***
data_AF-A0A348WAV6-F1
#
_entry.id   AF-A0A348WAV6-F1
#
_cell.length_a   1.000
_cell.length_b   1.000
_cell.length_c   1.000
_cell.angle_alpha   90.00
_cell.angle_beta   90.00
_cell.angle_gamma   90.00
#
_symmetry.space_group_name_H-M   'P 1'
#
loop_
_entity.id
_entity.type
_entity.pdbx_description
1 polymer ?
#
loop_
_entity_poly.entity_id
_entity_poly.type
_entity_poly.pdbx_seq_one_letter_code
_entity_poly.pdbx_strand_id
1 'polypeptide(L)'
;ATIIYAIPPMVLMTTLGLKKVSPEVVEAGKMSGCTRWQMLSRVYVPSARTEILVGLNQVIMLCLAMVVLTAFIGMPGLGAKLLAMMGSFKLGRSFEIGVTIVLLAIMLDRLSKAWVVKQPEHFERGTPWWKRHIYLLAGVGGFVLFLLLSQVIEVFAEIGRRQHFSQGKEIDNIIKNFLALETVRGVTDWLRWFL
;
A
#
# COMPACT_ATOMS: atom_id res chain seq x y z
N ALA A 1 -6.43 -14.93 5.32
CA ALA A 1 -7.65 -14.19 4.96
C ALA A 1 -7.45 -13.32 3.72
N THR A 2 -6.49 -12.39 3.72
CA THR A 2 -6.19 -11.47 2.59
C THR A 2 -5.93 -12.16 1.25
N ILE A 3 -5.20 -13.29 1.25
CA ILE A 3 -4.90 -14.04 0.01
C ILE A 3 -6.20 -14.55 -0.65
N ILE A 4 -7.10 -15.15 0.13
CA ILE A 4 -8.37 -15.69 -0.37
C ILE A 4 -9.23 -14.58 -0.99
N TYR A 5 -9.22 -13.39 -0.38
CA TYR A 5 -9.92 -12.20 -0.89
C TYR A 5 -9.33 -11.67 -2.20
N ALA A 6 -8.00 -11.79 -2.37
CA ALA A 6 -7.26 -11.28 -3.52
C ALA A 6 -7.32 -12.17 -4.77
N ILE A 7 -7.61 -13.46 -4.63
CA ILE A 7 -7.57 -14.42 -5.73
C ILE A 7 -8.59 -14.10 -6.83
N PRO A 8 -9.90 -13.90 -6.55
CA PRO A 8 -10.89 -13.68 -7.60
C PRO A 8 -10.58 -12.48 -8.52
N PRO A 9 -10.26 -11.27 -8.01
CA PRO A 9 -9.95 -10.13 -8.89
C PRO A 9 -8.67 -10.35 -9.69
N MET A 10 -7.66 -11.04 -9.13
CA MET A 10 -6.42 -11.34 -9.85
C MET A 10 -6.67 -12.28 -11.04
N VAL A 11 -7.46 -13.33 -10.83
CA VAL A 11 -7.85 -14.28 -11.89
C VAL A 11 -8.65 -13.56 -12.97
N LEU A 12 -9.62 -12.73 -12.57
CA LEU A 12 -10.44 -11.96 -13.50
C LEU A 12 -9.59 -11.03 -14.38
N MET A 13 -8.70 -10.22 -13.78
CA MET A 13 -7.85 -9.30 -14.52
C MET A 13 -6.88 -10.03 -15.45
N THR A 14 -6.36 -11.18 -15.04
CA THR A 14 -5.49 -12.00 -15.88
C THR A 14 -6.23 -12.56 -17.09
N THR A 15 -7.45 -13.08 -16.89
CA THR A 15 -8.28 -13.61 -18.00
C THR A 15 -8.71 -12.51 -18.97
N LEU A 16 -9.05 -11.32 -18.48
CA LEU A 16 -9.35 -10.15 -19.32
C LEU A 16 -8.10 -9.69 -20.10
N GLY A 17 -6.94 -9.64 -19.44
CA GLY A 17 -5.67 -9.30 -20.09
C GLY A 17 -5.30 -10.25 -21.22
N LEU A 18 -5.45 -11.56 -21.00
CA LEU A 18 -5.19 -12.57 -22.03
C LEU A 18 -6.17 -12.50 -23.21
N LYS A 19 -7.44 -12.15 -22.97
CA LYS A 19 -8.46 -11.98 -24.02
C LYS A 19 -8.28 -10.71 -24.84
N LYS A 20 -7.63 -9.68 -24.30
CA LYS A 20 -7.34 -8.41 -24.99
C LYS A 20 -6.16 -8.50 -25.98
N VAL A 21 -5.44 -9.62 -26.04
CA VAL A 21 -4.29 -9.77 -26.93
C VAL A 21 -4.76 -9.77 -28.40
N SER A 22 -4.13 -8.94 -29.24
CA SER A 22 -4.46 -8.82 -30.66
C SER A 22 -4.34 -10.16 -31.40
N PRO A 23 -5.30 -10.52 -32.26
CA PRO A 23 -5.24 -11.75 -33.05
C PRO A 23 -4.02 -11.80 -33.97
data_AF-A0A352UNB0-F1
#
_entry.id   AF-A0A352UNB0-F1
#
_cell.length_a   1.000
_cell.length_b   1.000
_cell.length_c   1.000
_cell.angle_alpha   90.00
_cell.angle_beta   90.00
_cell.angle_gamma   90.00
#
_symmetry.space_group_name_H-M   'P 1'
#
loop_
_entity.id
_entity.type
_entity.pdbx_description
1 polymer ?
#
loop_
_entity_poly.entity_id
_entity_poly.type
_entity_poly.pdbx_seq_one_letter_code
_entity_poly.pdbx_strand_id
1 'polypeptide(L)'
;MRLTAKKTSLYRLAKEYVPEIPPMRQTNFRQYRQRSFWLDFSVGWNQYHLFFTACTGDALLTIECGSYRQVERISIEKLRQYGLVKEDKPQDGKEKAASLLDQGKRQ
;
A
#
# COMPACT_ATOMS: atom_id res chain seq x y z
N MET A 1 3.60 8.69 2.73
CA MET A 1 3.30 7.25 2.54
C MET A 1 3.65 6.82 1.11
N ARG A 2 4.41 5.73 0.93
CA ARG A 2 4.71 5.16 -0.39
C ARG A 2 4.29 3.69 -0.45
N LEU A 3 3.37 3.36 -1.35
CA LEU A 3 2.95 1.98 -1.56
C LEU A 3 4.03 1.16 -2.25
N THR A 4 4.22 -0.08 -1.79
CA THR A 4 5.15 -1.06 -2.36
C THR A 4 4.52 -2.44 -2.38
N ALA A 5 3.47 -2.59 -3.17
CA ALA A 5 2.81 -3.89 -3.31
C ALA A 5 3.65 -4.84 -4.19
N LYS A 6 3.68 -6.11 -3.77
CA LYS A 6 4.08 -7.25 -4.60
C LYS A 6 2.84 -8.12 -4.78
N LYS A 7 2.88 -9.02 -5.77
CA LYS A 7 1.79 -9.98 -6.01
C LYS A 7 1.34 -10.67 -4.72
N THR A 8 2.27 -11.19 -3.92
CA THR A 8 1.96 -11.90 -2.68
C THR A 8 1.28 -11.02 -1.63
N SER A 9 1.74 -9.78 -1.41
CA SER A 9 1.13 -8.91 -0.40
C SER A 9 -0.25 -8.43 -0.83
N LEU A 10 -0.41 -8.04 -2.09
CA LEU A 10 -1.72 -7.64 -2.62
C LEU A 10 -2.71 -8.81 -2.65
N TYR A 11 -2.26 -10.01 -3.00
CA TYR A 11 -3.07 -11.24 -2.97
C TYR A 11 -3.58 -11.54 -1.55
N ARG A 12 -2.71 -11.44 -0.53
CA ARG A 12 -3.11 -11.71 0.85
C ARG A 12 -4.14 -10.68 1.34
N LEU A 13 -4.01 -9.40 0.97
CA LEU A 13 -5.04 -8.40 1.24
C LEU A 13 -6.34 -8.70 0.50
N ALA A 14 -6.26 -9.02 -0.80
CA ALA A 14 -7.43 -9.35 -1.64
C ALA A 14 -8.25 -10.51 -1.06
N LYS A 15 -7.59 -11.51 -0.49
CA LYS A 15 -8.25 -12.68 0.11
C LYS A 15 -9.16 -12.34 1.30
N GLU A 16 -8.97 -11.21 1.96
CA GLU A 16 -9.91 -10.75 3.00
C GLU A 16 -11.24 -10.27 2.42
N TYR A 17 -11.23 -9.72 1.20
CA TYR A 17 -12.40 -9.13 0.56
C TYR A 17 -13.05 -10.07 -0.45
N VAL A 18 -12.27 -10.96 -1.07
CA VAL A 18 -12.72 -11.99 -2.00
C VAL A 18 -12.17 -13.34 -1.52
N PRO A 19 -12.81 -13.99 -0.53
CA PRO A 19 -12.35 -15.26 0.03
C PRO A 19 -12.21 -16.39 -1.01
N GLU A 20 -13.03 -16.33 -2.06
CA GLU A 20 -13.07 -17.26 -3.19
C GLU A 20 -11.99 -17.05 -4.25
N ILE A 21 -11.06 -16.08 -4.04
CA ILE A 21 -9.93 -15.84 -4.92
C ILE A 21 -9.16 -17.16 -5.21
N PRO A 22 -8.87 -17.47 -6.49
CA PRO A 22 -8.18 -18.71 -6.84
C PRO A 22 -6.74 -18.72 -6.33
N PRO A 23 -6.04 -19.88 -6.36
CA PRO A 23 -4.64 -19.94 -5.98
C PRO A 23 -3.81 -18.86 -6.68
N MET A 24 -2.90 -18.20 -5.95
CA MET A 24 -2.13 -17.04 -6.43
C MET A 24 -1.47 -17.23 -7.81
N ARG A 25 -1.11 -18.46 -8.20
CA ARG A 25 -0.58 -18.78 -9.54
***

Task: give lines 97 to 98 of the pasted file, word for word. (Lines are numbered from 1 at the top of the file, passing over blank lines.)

N PRO A 23 -5.30 -10.52 -32.26
CA PRO A 23 -5.24 -11.75 -33.05